Effect of FCCP induced mitochondria membrane potential change in Jurkat cells. Jurkat cells were dye loaded with JC-10 dye working solution along with DMSO (Top) or 5 µM FCCP (Low) for 10 minutes. The fluorescence intensities for both J-aggregates and monomeric forms of JC-10 were measured with a FACSCalibur (Becton Dickinson) flow cytometer using FL1 and FL2 channels. Uncompensated data (left column) were compared with compensated data (right column).

Oxidative Stress Measurement

ROS Assay
Detection of hydrogen peroxide in Jurkat cells using Cell Meter™ Intracellular Fluorimetric Hydrogen Peroxide Assay Kit (Cat#: 11506). Jurkat cells were stained with OxiVision™ Green peroxide sensor for 30 minutes and treated with 100 µM hydrogen peroxide at 37 °C for 90 minutes. Cells stained with OxiVision™ Green peroxide sensor but without hydrogen peroxide treatment were used as control.
Reactive oxygen species (ROS) are molecules produced within cells in response to various stressors, including environmental toxins and pathogens. ROS can serve as critical indicators of oxidative stress levels within cells, a phenomenon linked to cellular damage and disease. To measure oxidative stress, researchers employ ROS assays with probes like OxiVision™ Green, dihydroethidium (DHE) and DCFH-DA. In microbiology, these assays are particularly valuable for assessing the impact of antimicrobial agents on bacterial cells. When exposed to antimicrobial compounds, bacteria may generate ROS as part of their defense mechanisms. Monitoring ROS production using DHE or DCFDA allows scientists to evaluate the efficacy of antimicrobial agents and gain insights into their mode of action. This information is essential for the development of new antimicrobial strategies to combat drug-resistant bacteria.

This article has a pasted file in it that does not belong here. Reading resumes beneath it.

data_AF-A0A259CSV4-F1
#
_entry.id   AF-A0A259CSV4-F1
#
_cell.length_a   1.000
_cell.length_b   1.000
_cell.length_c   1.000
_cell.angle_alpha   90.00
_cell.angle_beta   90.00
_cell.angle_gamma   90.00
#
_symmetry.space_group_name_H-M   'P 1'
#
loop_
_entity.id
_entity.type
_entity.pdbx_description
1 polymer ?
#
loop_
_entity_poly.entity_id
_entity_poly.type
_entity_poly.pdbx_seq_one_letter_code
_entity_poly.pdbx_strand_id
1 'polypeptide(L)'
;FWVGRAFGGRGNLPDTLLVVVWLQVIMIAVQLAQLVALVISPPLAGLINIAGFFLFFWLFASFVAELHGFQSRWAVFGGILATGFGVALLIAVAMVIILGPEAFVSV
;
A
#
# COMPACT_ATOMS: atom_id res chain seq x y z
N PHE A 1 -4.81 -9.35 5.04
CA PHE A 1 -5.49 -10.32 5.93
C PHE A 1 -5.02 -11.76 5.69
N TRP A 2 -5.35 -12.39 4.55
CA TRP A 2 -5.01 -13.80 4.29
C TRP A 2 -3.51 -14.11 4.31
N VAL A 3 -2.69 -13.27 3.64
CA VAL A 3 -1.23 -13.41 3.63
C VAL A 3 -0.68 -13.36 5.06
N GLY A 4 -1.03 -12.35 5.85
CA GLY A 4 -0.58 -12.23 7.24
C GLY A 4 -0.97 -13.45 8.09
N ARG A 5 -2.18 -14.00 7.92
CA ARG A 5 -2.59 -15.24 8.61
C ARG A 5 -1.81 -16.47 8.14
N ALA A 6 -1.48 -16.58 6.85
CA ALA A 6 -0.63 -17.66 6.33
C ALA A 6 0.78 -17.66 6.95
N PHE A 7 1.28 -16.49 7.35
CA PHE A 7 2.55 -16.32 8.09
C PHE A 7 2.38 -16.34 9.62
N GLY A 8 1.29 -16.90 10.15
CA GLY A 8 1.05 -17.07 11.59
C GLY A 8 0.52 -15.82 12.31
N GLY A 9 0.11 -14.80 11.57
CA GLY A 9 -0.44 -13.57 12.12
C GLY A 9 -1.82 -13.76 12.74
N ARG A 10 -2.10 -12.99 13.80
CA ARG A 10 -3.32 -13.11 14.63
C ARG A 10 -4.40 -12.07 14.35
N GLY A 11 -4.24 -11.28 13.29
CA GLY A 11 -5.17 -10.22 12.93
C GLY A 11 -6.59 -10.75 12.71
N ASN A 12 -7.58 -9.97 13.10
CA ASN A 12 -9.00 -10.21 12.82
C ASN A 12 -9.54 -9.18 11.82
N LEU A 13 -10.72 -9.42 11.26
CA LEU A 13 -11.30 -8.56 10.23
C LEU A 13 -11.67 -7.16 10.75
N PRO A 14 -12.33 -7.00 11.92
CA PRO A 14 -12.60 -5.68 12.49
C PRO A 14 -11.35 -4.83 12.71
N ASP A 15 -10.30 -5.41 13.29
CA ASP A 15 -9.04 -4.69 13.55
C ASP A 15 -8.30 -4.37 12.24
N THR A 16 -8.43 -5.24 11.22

Resources for Oxidative Stress


Best Practices in Cell Health Assays for Flow Cytometry

Ensuring the reliability and reproducibility of cell health assessments through flow cytometry necessitates a multifaceted approach:
  • Sample Preparation: Gentle sample handling emerges as the foundational layer to prevent cellular stress. Optimizing cell concentration is essential, and the meticulous exclusion of dead cells is pivotal. For instance, in stem cell research, maintaining the pluripotent state and integrity of stem cells during sample preparation is critical to the success of downstream experiments.